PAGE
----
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By hacker news affinity
vived 1 likes 01 Jun 22
1. The community tests Project Loom As expected, we received a veritable rash of texts about Project Loom. Many of them are really interesting, so we will start with a small selection. Let's start with a publication by Gunnar Morling. The piece was inspired by
vived 0 likes 09 Jun 22
1. What is MicroStream? We wrapped up our previous edition on the new version of Micronaut, and this week we have a follow-up to that. While we reported that the new version of the framework will include support for MicroStream in the form of a Micronaut module, there is another announcement:
vived 0 likes 15 Jun 22
1 - Who actually uses RX? Turns out it's not Netflix Today we'll start with some Twitter gossip. Sometimes in an ad hoc conversation, interesting facts can come out in an unexpected way - ones that can turn some commonly known industry facts on their head. It is likely that anyone who has ever used RxJava at some stage has come across the information that this library was created by Netflix. RxJava paved the way for other reactive programming projects. Its original version was created back in the days when nobody even planned Reactive Streams (only the 2.0 release introduced compatibility with this standard). So it's fair to say that it's Netflix we can thank for the boom in reactivity on the backend. So it will come as a surprise to many people that Netflix... has practically phased out reactivity already.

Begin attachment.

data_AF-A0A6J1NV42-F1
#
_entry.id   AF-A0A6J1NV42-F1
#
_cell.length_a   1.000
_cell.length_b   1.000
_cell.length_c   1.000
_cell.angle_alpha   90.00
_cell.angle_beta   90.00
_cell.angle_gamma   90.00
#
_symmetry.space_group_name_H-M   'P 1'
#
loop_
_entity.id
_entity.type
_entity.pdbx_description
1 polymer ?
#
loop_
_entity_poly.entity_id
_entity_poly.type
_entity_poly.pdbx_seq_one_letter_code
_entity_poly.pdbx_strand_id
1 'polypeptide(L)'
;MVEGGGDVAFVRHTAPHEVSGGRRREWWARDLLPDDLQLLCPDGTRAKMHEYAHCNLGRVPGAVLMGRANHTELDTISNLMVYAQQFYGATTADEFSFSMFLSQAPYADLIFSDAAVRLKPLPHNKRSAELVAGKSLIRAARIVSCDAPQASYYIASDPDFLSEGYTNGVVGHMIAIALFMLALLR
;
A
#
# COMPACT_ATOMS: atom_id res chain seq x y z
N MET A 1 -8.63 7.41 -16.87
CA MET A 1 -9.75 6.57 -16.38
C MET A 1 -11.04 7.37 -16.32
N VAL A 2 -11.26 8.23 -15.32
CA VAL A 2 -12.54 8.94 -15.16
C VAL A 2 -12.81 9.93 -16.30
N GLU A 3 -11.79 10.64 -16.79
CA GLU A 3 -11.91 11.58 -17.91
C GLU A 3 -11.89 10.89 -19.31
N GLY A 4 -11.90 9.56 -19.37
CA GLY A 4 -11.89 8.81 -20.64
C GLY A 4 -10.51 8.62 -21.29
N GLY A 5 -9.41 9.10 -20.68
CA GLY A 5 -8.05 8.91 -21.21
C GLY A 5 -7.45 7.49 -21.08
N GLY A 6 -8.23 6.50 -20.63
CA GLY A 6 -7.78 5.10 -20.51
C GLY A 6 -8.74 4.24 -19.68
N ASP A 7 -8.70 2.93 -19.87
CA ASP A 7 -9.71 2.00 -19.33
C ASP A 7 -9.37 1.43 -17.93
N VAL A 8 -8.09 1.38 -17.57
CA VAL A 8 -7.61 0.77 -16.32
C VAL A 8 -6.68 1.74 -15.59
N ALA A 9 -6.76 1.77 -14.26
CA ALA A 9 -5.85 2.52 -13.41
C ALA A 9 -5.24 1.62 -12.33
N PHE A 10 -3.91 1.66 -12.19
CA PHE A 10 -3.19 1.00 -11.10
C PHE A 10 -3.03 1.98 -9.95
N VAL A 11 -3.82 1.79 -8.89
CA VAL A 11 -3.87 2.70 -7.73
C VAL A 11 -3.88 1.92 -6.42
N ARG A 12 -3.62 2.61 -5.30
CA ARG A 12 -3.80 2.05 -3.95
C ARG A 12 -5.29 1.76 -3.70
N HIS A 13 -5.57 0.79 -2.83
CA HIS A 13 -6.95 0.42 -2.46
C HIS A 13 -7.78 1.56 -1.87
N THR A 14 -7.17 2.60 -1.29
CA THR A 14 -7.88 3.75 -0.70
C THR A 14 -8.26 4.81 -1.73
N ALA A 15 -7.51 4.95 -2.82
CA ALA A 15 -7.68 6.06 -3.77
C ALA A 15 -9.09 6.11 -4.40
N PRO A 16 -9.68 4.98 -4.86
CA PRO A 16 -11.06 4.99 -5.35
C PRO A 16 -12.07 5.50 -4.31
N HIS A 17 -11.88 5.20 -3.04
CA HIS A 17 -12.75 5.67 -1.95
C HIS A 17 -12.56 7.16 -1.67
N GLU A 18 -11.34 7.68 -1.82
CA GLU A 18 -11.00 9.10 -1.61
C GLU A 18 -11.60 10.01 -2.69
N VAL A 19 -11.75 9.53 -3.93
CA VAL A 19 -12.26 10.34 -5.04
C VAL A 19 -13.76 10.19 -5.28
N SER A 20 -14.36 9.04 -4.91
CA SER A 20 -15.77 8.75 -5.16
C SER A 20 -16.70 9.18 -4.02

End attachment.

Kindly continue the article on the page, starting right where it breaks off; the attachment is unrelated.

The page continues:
vived 0 likes 29 Jun 22
1. Why is Project Amber data-oriented programming? Of all the JVM projects, Amber is the one that gets probably the least community heart and is the least defined. Well, because what is this legendary "Developer Experience" or "productivity" that Amber stands for? The whole project is a kind of umbrella, under which basically everything could be hidden, and it is difficult to find a single term that would elegantly bind all the initiatives under it.
vived 0 likes 22 Jul 22
In addition to this surprising news, we also have for you the ins and outs of incremental compilation. And for those who still have flashbacks from Dec 2021 - Log4Shell will stay with us for long...